Central government sets aggressive timeline to introduce technology
As much of the world is progressing towards Industry 4.0, Japan is going a step further. In its recently released Growth Strategy 2017 report, the county puts technological achievements, such as autonomous trucks and drone deliveries, on the fast track as it seeks to develop Society 5.0.
Prime Minister Shinzo Abe, in a preview of the plan back in March, noted the changing dynamics of modern societies.
“We are now witnessing the opening of the 5th chapter,” he said. “We are now able to find solutions to problems that could not be solved before. This is the age, in which all things are connected, all technologies fuse, and this is the advent of Society 5.0.”
What is Society 5.0? According to Abe, it’s basically the understanding that everything in the future will be connected and that society will need to be adaptable. Japan’s Growth Strategy is designed to reflect that. The plan calls for deep integration of technology, including artificial intelligence, robotics, Big Data, self-driving trucks and drones. And it’s all designed to take advantage of available technologies in a way that solves a growing problem for Japan: an aging population.
“The essence of Society 5.0 is that it will become possible to elicit quickly the most suitable solution that meets the needs of each individual. We will become able to solve challenges that have defied resolution until now,” Abe said at the International Conference on The Future of Asia earlier this month.
Japan’s most recent Population Census, conducted in 2016, found that 27.3% of the population is over the age of 65 and that population is expected to exceed 40% by 2050. Those same population trends are taking place across the globe, where the number of people age 60 and over is expected to double by 2050 according to the 2017 revision of World Population Prospects released by the United Nations.
The same trends are happening in the U.S., where birth rates have been on the decline. The latest data from the National Center for Health Statistics found that the nation’s fertility rate for women age 15-44 is at an all-time low of 62 births per 1,000 women.
To counteract these trends, Japan’s plan calls for drone delivery of products starting next year and self-driving trucks on roadways by 2022. There were 3.9 billion packages delivered in Japan last year by a delivery segment that is facing a worker shortage.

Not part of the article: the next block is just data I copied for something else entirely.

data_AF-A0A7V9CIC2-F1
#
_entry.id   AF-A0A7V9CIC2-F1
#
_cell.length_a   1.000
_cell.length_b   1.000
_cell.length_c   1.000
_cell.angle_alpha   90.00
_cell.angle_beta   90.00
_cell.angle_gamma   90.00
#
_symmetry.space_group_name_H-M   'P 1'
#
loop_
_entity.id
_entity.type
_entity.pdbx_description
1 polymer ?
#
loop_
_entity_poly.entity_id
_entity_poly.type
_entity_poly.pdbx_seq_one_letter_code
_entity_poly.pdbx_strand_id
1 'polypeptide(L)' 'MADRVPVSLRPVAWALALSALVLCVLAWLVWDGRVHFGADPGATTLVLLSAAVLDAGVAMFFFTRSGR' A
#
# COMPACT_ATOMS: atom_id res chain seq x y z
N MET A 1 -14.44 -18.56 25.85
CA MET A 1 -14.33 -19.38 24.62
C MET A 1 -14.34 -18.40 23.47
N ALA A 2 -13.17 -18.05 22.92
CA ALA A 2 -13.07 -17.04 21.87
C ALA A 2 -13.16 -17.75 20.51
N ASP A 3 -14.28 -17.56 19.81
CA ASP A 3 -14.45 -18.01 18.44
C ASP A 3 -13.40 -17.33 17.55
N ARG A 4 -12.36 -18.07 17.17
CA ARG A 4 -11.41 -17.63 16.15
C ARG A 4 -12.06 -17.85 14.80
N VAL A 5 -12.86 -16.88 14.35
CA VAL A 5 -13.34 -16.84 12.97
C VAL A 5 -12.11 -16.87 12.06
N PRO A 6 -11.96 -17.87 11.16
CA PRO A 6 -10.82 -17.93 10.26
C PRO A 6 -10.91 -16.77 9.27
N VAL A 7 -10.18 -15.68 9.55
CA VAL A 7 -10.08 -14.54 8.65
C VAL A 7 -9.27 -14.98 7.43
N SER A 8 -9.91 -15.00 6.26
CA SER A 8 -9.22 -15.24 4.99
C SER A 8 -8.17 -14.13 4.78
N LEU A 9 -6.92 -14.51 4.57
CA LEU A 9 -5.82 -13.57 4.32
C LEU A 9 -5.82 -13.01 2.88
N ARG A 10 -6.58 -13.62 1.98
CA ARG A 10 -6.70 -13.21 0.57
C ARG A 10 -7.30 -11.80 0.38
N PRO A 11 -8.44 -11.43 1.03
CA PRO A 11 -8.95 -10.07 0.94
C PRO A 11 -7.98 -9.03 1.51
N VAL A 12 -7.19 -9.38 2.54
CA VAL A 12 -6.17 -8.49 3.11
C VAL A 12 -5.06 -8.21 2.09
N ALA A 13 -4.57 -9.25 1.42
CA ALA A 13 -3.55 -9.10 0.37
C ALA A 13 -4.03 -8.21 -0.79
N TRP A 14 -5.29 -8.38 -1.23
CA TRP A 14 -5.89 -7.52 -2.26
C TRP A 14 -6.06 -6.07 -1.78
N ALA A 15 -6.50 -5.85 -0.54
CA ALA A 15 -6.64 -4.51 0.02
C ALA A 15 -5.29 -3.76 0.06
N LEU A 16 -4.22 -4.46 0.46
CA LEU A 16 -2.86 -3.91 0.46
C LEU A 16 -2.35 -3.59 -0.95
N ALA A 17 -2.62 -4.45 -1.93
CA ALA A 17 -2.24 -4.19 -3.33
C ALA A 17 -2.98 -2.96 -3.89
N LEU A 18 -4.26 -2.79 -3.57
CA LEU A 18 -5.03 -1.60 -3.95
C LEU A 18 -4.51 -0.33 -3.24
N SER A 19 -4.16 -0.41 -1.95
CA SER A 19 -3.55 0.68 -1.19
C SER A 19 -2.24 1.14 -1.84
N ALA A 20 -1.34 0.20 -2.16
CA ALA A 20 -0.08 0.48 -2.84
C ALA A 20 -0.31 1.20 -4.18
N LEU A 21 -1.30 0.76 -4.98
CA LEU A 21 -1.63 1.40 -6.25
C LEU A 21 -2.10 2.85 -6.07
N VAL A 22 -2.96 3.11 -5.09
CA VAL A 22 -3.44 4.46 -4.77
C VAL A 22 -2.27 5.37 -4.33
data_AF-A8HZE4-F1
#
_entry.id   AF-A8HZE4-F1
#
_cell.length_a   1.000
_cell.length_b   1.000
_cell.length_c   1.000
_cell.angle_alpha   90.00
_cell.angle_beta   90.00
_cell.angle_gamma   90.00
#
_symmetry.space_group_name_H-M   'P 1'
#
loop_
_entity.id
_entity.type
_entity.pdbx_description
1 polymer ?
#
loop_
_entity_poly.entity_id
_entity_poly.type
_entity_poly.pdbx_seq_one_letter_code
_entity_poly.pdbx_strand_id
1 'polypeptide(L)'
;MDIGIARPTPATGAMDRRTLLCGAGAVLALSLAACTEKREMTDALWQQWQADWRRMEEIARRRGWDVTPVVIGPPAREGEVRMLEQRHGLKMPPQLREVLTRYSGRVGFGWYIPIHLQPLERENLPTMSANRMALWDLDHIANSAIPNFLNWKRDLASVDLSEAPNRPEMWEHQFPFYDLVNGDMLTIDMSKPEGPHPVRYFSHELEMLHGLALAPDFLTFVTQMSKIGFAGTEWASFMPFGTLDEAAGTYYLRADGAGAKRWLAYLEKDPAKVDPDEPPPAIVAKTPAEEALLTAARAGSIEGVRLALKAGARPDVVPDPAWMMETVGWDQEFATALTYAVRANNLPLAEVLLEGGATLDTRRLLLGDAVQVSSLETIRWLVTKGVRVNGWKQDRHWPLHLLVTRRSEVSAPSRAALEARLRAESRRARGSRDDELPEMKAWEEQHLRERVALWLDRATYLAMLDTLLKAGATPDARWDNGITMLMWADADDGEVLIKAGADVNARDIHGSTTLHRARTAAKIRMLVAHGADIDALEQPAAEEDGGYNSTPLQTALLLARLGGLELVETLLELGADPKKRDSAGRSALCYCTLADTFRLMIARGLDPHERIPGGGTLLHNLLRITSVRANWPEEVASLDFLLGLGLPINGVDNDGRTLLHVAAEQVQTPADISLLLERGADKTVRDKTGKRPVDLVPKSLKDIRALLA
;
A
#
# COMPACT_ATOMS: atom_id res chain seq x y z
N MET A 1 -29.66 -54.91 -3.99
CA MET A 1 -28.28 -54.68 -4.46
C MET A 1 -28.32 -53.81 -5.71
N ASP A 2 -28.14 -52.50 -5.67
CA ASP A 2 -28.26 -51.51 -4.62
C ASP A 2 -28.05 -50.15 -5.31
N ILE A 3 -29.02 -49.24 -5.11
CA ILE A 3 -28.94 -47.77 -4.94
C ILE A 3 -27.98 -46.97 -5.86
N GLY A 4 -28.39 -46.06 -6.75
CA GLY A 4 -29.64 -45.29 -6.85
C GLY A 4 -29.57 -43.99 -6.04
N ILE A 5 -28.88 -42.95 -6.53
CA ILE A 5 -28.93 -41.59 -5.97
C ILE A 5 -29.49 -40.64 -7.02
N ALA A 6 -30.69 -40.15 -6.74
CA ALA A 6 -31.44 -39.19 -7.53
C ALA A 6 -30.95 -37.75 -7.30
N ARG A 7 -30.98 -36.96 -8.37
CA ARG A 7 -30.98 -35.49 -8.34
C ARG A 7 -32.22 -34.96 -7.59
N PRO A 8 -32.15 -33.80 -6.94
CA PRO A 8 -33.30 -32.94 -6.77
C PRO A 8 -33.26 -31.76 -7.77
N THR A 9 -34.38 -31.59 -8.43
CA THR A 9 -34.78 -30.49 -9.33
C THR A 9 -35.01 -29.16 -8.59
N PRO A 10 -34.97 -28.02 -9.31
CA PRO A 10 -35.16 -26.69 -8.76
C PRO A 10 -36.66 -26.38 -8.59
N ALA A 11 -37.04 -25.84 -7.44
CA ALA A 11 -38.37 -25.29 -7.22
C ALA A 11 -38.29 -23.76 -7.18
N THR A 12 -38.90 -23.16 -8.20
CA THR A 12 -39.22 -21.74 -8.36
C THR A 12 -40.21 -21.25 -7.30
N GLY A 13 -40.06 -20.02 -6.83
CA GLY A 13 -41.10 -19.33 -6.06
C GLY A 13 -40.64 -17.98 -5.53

“In 2020, the government will conduct a test with a self-driving truck following a truck with a human driver on the Shin Tomei Expressway, with the aim to commercialize such vehicles as early as 2022,” wrote The Mainichi. The publication added that drone parcel deliveries will begin in 2018 to remote islands and mountain regions with a full-scale system in place in the early 2020s, serving cities.
Those timelines are very similar to what has been expected here in the U.S. What is different about Japan’s approach, though, is that these programs are being led by the government, rather than industry, said an analyst note from Morgan Stanley.
“What is particularly interesting about the Japanese government development is that the timeline came from a national government (rather than an individual company), suggesting, 1) international competition is heating up to come first to market in both technologies, and 2) regulation may not be an impediment to commercial implementation,” the analysts wrote.
In the U.S., there has been plenty of buzz surrounding autonomous trucks, drones and vehicle platoons. Later this year, Peloton is expected to begin offering a two-vehicle platoon system.
Still, despite the innovation, regulations have been an issue. For instance, laws allowing platoons only exist in 22 states currently and Starsky Robotics, which is developing an autonomous truck system that can be remotely controlled, told FreightWaves it’s system can only be tested in three states currently.
“Regulation has widely been framed as the biggest hurdle for the implementation of platooning/autonomous technology in the U.S, though we have been encouraged by recent developments – most recently, the signing of AB69 in Nevada which updates testing and commercial usage laws for fully autonomous vehicles,” Morgan Stanley’s note said. “We will continue to track the race to commercial implementation of autonomous trucks and remain confident in our timeline of platooning to launch in 2018 and autonomous trucks in 2020.”
Japan, too, has recognized this regulatory concern as technologies develop faster than politicians can pass laws. To address this, the Growth Strategic includes a “sandbox” provision that must still be passed by the country’s lawmakers.
“Current legislation does not take into account drones, fintech and other new technology, so measures to relax regulations will enter the spotlight,” Mainichi reports. “The government will also therefore introduce a Japan-style ‘regulatory sandbox’ to temporarily suspend regulations and allow companies to more easily test groundbreaking technology.”
This sandbox will allow companies to petition a local government authority to suspend rules that are preventing it from testing technologies in new arenas. This approach could accelerate the use of self-driving trucks and drones. It could be particularly helpful for drone deliveries in cities, which are already congested with traffic and people which could complicate any autonomous truck movements.
The approach Japan is taking to reinventing its society involves melding a strong, central approach with local flexibility in regulations. In many ways, it mirrors some of what is happening in the U.S. as the Trump administration seeks to return more control to state and local governments. However, unlike the U.S., which has long allowed industry to take the lead on projects such as autonomous driving and drone deliveries, Japan’s central government is leading the way.